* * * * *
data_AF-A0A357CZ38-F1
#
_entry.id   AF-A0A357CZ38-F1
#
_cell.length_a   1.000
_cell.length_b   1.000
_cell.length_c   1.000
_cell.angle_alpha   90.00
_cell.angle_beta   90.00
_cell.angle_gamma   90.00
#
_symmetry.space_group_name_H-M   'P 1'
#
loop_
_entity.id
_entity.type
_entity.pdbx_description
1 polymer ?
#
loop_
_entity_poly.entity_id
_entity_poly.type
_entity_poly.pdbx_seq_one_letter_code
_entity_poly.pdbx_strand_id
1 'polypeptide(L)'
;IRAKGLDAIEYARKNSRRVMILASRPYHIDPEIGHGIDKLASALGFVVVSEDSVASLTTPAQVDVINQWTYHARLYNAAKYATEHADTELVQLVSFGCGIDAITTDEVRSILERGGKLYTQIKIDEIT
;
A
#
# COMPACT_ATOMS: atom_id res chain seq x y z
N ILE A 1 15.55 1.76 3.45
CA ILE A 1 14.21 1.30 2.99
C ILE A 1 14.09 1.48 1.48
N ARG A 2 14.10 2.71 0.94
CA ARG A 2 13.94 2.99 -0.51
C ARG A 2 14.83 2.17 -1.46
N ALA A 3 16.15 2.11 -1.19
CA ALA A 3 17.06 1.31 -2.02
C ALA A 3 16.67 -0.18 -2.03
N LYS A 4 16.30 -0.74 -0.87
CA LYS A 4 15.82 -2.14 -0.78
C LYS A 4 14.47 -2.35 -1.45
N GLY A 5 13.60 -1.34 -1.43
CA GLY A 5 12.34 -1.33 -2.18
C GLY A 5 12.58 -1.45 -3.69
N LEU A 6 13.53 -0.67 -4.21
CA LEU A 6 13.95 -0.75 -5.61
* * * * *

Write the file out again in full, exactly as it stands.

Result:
data_AF-A0A357CZ38-F1
#
_entry.id   AF-A0A357CZ38-F1
#
_cell.length_a   1.000
_cell.length_b   1.000
_cell.length_c   1.000
_cell.angle_alpha   90.00
_cell.angle_beta   90.00
_cell.angle_gamma   90.00
#
_symmetry.space_group_name_H-M   'P 1'
#
loop_
_entity.id
_entity.type
_entity.pdbx_description
1 polymer ?
#
loop_
_entity_poly.entity_id
_entity_poly.type
_entity_poly.pdbx_seq_one_letter_code
_entity_poly.pdbx_strand_id
1 'polypeptide(L)'
;IRAKGLDAIEYARKNSRRVMILASRPYHIDPEIGHGIDKLASALGFVVVSEDSVASLTTPAQVDVINQWTYHARLYNAAKYATEHADTELVQLVSFGCGIDAITTDEVRSILERGGKLYTQIKIDEIT
;
A
#
# COMPACT_ATOMS: atom_id res chain seq x y z
N ILE A 1 15.55 1.76 3.45
CA ILE A 1 14.21 1.30 2.99
C ILE A 1 14.09 1.48 1.48
N ARG A 2 14.10 2.71 0.94
CA ARG A 2 13.94 2.99 -0.51
C ARG A 2 14.83 2.17 -1.46
N ALA A 3 16.15 2.11 -1.19
CA ALA A 3 17.06 1.31 -2.02
C ALA A 3 16.67 -0.18 -2.03
N LYS A 4 16.30 -0.74 -0.87
CA LYS A 4 15.82 -2.14 -0.78
C LYS A 4 14.47 -2.35 -1.45
N GLY A 5 13.60 -1.34 -1.43
CA GLY A 5 12.34 -1.33 -2.18
C GLY A 5 12.58 -1.45 -3.69
N LEU A 6 13.53 -0.67 -4.21
CA LEU A 6 13.95 -0.75 -5.61